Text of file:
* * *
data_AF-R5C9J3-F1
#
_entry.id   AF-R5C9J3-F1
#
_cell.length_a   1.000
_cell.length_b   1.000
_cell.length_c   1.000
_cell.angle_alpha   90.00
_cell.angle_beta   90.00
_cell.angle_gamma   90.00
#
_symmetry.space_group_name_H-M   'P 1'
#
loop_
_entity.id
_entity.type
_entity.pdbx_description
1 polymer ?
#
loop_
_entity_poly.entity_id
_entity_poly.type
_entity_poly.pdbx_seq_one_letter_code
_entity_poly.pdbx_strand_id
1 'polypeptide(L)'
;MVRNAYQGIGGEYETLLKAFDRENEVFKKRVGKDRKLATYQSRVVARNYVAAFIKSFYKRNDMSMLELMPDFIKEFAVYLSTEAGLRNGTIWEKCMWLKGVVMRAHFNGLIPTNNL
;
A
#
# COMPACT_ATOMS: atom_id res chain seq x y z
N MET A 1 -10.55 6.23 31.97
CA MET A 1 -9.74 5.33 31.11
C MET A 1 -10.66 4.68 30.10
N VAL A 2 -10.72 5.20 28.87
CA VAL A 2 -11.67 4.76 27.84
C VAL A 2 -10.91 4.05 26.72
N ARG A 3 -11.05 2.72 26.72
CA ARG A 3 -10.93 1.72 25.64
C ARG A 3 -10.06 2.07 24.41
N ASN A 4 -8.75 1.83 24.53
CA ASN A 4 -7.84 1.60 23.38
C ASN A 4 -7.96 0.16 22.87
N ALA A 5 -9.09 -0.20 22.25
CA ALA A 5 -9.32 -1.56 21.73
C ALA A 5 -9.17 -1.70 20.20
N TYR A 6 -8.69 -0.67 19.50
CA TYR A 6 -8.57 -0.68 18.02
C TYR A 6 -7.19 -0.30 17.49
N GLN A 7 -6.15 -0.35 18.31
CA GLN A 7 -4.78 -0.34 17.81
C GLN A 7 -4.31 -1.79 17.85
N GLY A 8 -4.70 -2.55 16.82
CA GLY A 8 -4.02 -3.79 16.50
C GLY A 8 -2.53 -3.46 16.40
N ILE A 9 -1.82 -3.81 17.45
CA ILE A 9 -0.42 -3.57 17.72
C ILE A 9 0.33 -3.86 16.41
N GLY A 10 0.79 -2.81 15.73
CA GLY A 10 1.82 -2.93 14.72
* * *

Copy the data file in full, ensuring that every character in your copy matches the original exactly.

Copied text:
data_AF-R5C9J3-F1
#
_entry.id   AF-R5C9J3-F1
#
_cell.length_a   1.000
_cell.length_b   1.000
_cell.length_c   1.000
_cell.angle_alpha   90.00
_cell.angle_beta   90.00
_cell.angle_gamma   90.00
#
_symmetry.space_group_name_H-M   'P 1'
#
loop_
_entity.id
_entity.type
_entity.pdbx_description
1 polymer ?
#
loop_
_entity_poly.entity_id
_entity_poly.type
_entity_poly.pdbx_seq_one_letter_code
_entity_poly.pdbx_strand_id
1 'polypeptide(L)'
;MVRNAYQGIGGEYETLLKAFDRENEVFKKRVGKDRKLATYQSRVVARNYVAAFIKSFYKRNDMSMLELMPDFIKEFAVYLSTEAGLRNGTIWEKCMWLKGVVMRAHFNGLIPTNNL
;
A
#
# COMPACT_ATOMS: atom_id res chain seq x y z
N MET A 1 -10.55 6.23 31.97
CA MET A 1 -9.74 5.33 31.11
C MET A 1 -10.66 4.68 30.10
N VAL A 2 -10.72 5.20 28.87
CA VAL A 2 -11.67 4.76 27.84
C VAL A 2 -10.91 4.05 26.72
N ARG A 3 -11.05 2.72 26.72
CA ARG A 3 -10.93 1.72 25.64
C ARG A 3 -10.06 2.07 24.41
N ASN A 4 -8.75 1.83 24.53
CA ASN A 4 -7.84 1.60 23.38
C ASN A 4 -7.96 0.16 22.87
N ALA A 5 -9.09 -0.20 22.25
CA ALA A 5 -9.32 -1.56 21.73
C ALA A 5 -9.17 -1.70 20.20
N TYR A 6 -8.69 -0.67 19.50
CA TYR A 6 -8.57 -0.68 18.02
C TYR A 6 -7.19 -0.30 17.49
N GLN A 7 -6.15 -0.35 18.31
CA GLN A 7 -4.78 -0.34 17.81
C GLN A 7 -4.31 -1.79 17.85
N GLY A 8 -4.70 -2.55 16.82
CA GLY A 8 -4.02 -3.79 16.50
C GLY A 8 -2.53 -3.46 16.40
N ILE A 9 -1.82 -3.81 17.45
CA ILE A 9 -0.42 -3.57 17.72
C ILE A 9 0.33 -3.86 16.41
N GLY A 10 0.79 -2.81 15.73
CA GLY A 10 1.82 -2.93 14.72